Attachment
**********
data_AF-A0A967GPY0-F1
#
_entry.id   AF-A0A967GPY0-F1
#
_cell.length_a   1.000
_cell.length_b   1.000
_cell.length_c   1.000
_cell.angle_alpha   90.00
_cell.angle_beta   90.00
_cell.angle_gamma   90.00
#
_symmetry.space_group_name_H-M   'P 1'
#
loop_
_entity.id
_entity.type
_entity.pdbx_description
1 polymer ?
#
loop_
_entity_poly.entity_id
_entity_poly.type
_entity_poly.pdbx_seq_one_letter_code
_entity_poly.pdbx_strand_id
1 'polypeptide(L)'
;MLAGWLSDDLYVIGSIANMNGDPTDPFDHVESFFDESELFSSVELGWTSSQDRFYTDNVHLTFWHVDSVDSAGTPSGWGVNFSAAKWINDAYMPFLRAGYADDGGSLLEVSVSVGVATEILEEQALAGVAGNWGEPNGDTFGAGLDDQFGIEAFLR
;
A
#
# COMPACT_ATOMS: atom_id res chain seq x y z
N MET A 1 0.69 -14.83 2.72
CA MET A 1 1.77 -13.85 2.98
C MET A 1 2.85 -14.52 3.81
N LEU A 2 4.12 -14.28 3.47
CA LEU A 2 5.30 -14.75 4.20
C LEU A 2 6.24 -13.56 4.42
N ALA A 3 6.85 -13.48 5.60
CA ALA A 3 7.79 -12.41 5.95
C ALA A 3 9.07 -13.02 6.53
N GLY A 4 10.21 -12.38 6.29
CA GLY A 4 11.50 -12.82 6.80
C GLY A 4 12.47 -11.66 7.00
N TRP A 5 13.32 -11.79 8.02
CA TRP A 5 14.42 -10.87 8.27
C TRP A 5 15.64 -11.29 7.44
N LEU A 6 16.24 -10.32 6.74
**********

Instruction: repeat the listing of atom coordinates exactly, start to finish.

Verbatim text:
data_AF-A0A967GPY0-F1
#
_entry.id   AF-A0A967GPY0-F1
#
_cell.length_a   1.000
_cell.length_b   1.000
_cell.length_c   1.000
_cell.angle_alpha   90.00
_cell.angle_beta   90.00
_cell.angle_gamma   90.00
#
_symmetry.space_group_name_H-M   'P 1'
#
loop_
_entity.id
_entity.type
_entity.pdbx_description
1 polymer ?
#
loop_
_entity_poly.entity_id
_entity_poly.type
_entity_poly.pdbx_seq_one_letter_code
_entity_poly.pdbx_strand_id
1 'polypeptide(L)'
;MLAGWLSDDLYVIGSIANMNGDPTDPFDHVESFFDESELFSSVELGWTSSQDRFYTDNVHLTFWHVDSVDSAGTPSGWGVNFSAAKWINDAYMPFLRAGYADDGGSLLEVSVSVGVATEILEEQALAGVAGNWGEPNGDTFGAGLDDQFGIEAFLR
;
A
#
# COMPACT_ATOMS: atom_id res chain seq x y z
N MET A 1 0.69 -14.83 2.72
CA MET A 1 1.77 -13.85 2.98
C MET A 1 2.85 -14.52 3.81
N LEU A 2 4.12 -14.28 3.47
CA LEU A 2 5.30 -14.75 4.20
C LEU A 2 6.24 -13.56 4.42
N ALA A 3 6.85 -13.48 5.60
CA ALA A 3 7.79 -12.41 5.95
C ALA A 3 9.07 -13.02 6.53
N GLY A 4 10.21 -12.38 6.29
CA GLY A 4 11.50 -12.82 6.80
C GLY A 4 12.47 -11.66 7.00
N TRP A 5 13.32 -11.79 8.02
CA TRP A 5 14.42 -10.87 8.27
C TRP A 5 15.64 -11.29 7.44
N LEU A 6 16.24 -10.32 6.74